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A look at the consumer protection agency's powers


The government's new consumer protection cop has sent out more than 100 subpoenas to financial companies springing from dozens of separate probes.

That's just one part of the Consumer Financial Protection Bureau's head-on push to clamp down on financial practices that it believes harm consumers.

Here's a look at some of the agency's tools and how it's using them:

— Civil Investigative Demands. Officials use these information requests, similar to subpoenas, to gather information for open investigations that may result in civil charges. Companies must respond, though they may appeal and have the demands modified or thrown out.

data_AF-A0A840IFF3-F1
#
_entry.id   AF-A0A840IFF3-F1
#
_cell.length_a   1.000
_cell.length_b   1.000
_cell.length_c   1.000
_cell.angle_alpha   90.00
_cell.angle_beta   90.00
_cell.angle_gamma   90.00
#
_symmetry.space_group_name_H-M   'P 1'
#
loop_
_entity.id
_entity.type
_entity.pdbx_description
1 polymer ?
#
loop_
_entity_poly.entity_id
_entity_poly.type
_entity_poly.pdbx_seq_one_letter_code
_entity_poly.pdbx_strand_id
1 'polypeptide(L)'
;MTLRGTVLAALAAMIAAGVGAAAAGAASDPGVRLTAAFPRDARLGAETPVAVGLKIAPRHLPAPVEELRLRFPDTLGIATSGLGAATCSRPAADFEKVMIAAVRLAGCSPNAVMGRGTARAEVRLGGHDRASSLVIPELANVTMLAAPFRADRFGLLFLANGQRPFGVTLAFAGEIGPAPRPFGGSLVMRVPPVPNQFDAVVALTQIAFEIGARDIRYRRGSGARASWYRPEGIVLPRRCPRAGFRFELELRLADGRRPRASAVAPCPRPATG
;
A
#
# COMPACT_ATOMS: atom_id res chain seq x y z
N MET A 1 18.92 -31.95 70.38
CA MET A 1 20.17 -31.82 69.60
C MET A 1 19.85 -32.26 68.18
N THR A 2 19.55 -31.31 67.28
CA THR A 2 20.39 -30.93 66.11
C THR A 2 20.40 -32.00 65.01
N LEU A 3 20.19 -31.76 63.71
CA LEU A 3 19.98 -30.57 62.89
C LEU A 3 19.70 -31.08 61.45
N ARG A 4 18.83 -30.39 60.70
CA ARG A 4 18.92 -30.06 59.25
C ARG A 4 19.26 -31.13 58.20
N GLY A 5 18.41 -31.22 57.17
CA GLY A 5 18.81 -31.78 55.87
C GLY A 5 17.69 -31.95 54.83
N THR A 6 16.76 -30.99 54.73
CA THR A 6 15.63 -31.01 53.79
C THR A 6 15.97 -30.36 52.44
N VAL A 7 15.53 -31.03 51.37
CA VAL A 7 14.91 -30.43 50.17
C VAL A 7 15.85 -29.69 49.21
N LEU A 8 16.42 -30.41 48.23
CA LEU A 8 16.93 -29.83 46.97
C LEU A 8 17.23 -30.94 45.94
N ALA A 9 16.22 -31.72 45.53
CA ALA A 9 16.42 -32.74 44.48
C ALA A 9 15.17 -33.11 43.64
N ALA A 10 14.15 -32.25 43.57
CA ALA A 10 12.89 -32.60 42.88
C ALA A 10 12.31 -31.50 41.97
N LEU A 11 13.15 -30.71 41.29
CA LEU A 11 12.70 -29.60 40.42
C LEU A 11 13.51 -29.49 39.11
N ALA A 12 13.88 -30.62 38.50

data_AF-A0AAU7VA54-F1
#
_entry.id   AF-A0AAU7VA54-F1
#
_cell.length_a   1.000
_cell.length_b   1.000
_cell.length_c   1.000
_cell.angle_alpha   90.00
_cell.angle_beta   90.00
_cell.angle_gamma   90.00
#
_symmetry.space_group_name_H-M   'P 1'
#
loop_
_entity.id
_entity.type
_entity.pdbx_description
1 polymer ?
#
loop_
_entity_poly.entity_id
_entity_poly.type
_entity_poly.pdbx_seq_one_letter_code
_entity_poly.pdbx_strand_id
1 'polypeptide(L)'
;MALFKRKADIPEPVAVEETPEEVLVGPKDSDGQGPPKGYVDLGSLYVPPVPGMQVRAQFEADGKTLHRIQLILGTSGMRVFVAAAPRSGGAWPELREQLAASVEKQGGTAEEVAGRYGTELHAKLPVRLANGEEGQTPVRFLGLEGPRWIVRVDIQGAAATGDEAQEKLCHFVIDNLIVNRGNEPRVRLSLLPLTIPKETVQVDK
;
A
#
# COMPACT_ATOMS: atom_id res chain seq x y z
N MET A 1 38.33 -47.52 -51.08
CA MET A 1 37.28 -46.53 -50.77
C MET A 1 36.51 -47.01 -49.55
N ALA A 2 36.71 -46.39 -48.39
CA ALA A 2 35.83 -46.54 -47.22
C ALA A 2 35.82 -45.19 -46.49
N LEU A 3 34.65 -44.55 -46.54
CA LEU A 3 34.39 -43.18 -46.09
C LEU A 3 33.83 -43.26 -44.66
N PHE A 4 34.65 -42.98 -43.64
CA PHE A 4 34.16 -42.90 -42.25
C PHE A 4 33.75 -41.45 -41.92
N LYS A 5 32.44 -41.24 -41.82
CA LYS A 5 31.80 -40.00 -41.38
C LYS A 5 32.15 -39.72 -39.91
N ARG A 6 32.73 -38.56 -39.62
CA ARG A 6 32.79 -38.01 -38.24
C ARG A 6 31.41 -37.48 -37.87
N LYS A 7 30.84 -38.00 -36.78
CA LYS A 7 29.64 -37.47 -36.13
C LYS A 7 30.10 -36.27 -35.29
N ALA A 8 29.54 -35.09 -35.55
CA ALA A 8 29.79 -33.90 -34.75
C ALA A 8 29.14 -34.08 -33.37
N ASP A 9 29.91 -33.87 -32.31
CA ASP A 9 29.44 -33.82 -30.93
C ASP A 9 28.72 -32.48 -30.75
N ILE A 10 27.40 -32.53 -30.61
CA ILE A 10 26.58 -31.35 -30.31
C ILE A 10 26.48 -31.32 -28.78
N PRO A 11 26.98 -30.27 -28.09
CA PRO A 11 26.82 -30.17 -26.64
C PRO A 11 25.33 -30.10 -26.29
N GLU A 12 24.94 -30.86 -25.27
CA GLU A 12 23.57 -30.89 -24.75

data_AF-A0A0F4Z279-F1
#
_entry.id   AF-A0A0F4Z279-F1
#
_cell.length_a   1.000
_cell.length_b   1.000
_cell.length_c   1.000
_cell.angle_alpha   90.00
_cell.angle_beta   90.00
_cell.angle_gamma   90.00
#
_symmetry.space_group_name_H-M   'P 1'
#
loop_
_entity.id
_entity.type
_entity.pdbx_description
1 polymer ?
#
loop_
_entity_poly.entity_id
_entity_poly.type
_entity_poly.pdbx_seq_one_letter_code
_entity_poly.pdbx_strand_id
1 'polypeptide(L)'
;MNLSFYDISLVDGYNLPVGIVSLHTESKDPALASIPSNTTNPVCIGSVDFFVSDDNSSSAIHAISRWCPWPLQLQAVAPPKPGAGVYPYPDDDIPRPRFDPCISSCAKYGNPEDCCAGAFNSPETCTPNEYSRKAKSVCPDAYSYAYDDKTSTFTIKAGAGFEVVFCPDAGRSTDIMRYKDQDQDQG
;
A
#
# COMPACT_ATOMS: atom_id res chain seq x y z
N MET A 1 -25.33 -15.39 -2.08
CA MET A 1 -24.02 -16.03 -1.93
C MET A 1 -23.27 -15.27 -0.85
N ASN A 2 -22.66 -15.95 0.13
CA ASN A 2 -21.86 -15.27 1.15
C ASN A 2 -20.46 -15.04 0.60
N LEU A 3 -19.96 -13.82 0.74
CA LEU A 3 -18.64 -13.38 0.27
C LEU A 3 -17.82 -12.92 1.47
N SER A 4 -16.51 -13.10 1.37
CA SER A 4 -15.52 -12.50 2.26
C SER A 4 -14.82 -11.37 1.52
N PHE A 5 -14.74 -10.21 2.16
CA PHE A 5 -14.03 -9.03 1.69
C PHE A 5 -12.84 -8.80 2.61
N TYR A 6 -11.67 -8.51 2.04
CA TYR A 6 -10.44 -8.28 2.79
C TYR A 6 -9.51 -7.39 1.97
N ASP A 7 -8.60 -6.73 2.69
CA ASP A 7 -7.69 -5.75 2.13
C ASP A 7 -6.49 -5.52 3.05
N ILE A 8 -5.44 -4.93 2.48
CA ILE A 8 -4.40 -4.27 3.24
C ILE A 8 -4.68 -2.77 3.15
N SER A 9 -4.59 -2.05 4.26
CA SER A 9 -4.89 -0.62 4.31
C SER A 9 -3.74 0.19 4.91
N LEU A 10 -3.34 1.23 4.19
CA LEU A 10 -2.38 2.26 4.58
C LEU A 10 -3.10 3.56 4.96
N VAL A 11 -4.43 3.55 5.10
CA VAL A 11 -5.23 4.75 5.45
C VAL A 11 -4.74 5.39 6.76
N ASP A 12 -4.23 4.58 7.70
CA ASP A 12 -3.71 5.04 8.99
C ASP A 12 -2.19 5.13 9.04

— Information demands. The agency keeps a closer watch on a subset of consumer finance companies: Big banks, private student lenders, credit bureaus and mortgage companies. In the course of routine audits and examinations, officials can require companies to turn over all kinds of information and data.

— Information requests. The agency's Research, Markets & Regulation team is using broad, voluntary information requests to learn more about at entire industries, such as the prepaid money card industry.

— Rules. The agency can write new, legally binding rules governing all kinds of financial products and services used by consumers. Some are required under the 2010 financial overhaul.

— Official guidance. The agency can issue guidance to inform companies about what they must do to comply with federal consumer finance laws.

— Bully pulpit. The agency promotes better disclosure and tries to head off bad practices through informal, public communication.


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